Lincolnshire

Pub demolition vote favours Haxey Hood players

Haxey Hood 2017 Image copyright Getty Images
Image caption The aim of the game is to get the Hood - a leather tube about one metre in length - to your local pub in Haxey or Westwoodside

A village pub which plays an "integral" part in an ancient mass rugby-style game has been saved from plans to turn it into housing.

The Haxey Hood game, which dates back to the 14th Century, is held annually on the Twelfth Day of Christmas.

It has involved patrons from The Carpenters Arms in Westwoodside, and The Kings Arms, The Loco and the Duke William, all in Haxey.

The Duke William was due to be demolished to make way for new homes.

Campaigners feared the loss of the pub would jeopardise the future of the Haxey Hood, which involves a large scrum pushing a leather tube to one of the pubs, where it remains until the following year's event.

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Image caption The Duke William in Haxey is one of four pubs whose patrons traditionally played the game

Councillors on North Lincolnshire Council's planning committee turned down the plans after unanimously voting that the proposal would have a detrimental impact on the village.

Mick Grant, member of the planning committee, said councillors should not stand in the way of villagers.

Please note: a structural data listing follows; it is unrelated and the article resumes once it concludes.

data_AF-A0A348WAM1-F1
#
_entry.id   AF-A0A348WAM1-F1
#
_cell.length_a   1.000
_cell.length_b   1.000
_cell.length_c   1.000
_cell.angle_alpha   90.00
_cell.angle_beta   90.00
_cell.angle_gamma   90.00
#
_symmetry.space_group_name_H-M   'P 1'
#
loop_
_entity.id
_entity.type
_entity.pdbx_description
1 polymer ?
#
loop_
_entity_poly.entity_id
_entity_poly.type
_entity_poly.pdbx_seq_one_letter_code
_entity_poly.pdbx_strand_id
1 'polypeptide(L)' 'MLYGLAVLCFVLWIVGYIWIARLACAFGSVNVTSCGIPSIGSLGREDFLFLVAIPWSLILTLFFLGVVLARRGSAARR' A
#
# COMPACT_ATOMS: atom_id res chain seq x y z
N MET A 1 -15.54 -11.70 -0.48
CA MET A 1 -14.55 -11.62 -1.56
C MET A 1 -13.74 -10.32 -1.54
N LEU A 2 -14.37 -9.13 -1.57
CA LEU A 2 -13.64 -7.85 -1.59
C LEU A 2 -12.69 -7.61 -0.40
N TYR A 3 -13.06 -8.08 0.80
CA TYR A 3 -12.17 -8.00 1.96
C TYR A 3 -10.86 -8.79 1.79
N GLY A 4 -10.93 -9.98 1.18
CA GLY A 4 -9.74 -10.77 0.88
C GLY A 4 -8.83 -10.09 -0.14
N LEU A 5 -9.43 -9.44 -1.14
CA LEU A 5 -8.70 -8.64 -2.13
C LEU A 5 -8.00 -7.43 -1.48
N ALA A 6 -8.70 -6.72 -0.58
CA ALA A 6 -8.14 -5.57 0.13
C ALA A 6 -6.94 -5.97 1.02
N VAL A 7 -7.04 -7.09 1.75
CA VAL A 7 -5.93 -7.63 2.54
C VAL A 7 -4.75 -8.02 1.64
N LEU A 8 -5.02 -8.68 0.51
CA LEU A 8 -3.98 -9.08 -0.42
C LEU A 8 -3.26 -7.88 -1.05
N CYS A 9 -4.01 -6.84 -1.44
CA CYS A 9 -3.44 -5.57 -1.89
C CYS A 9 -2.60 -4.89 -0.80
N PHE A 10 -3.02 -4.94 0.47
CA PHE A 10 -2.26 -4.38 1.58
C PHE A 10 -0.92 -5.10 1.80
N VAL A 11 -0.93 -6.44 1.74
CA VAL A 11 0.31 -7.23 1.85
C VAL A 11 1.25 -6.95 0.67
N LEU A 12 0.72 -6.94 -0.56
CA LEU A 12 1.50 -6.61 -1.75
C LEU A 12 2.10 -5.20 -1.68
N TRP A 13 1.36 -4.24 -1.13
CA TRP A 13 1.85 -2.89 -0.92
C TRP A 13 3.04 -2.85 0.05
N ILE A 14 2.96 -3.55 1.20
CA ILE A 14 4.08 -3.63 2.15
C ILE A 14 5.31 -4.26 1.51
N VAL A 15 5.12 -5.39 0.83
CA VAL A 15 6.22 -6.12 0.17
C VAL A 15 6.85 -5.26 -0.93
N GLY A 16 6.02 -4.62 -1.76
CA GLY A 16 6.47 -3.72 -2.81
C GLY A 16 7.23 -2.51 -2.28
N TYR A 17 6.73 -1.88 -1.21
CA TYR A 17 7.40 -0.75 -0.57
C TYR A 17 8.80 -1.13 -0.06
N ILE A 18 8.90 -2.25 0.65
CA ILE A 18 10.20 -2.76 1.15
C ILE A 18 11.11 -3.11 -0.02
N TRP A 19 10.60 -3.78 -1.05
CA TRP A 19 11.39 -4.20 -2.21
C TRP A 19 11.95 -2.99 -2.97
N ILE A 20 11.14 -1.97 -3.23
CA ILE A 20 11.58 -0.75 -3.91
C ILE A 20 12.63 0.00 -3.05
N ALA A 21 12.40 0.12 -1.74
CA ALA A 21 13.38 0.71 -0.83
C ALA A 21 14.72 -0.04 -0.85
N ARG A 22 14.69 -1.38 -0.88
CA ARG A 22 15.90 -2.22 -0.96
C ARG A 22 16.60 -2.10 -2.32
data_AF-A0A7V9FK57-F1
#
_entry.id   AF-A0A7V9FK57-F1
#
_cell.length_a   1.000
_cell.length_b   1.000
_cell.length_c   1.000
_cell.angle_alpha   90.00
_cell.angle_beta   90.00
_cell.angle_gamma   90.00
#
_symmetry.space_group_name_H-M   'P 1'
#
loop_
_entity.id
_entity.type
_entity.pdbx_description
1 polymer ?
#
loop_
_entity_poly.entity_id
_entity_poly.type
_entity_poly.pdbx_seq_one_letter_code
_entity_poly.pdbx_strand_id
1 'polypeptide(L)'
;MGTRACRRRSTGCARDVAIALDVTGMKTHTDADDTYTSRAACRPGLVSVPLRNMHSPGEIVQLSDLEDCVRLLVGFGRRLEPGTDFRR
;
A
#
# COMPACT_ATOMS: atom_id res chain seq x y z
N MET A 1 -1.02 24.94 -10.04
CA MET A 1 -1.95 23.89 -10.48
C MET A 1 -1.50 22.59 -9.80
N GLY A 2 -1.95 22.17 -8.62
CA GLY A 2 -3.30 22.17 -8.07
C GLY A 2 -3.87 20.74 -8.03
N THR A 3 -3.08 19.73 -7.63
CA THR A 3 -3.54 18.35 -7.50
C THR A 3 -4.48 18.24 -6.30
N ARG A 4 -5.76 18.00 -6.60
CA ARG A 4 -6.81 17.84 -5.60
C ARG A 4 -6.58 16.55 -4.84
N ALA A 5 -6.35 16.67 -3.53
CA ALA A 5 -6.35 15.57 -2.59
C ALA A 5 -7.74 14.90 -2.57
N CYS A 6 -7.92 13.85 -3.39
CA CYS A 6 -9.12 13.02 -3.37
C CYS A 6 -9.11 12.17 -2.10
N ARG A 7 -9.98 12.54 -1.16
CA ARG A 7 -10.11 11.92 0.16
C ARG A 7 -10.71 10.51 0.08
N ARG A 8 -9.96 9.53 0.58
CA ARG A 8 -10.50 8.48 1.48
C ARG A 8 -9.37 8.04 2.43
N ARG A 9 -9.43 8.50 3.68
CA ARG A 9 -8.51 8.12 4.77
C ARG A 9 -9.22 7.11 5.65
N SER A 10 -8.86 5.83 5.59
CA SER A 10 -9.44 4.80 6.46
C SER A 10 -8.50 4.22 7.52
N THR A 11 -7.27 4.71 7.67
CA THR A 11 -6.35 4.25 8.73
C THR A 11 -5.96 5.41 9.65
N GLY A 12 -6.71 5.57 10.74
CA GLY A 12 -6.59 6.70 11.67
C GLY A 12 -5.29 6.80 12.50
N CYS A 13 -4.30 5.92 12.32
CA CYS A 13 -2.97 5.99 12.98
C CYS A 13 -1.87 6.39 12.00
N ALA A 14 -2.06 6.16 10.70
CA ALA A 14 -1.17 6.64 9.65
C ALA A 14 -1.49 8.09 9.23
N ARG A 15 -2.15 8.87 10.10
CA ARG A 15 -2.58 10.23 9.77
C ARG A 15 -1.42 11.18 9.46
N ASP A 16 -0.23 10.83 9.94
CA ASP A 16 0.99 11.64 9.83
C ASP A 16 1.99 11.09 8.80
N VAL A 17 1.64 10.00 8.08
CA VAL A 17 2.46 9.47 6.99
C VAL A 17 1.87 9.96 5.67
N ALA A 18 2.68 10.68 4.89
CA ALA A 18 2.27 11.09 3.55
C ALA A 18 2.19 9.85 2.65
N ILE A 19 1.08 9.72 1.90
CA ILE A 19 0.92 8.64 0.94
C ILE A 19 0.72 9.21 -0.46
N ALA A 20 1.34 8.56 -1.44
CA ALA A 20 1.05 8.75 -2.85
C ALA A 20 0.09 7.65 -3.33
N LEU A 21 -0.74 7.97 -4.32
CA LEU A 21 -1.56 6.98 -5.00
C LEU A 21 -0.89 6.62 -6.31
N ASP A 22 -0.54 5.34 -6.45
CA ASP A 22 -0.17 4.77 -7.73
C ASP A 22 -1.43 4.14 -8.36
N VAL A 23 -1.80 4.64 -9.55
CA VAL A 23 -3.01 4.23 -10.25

"300 people turned up to a meeting in Haxey and said they do not want this," he said.

"Who are we to argue with them?"

Image copyright Getty Images
Image caption This image of the Hood being thrown in the air was taken in 1928

According to the Local Democracy Reporting Service, another councillor, David Rose, said people "rightfully felt very strongly about this issue".

Alan Holgate, from the We Live Here Haxey Community Group, said he was pleased with the decision and vowed to continue to fight to save the pub.

"All along we have been fighting to keep the Duke as a public house," he said.

The pub's owner said it "was not viable" and accounts had been submitted to the local authority to prove it.


What is Haxey Hood?

Image copyright Getty Images
  • The tradition is said to have started when Lady de Mowbray was out riding between Westwoodside and Haxey - between Gainsborough, Scunthorpe and Doncaster - when her silk riding hood was blown away by the wind
  • She is said to have been so amused to see local farm workers chasing it she rewarded them land - on condition the chase be re-enacted every year
  • The story says the worker who caught the hood was too shy to approach her and handed it to a fellow worker to return
  • It is said Lady de Mowbray thanked the man who returned the hood and said he had acted like a lord. The worker who caught it was labelled a fool

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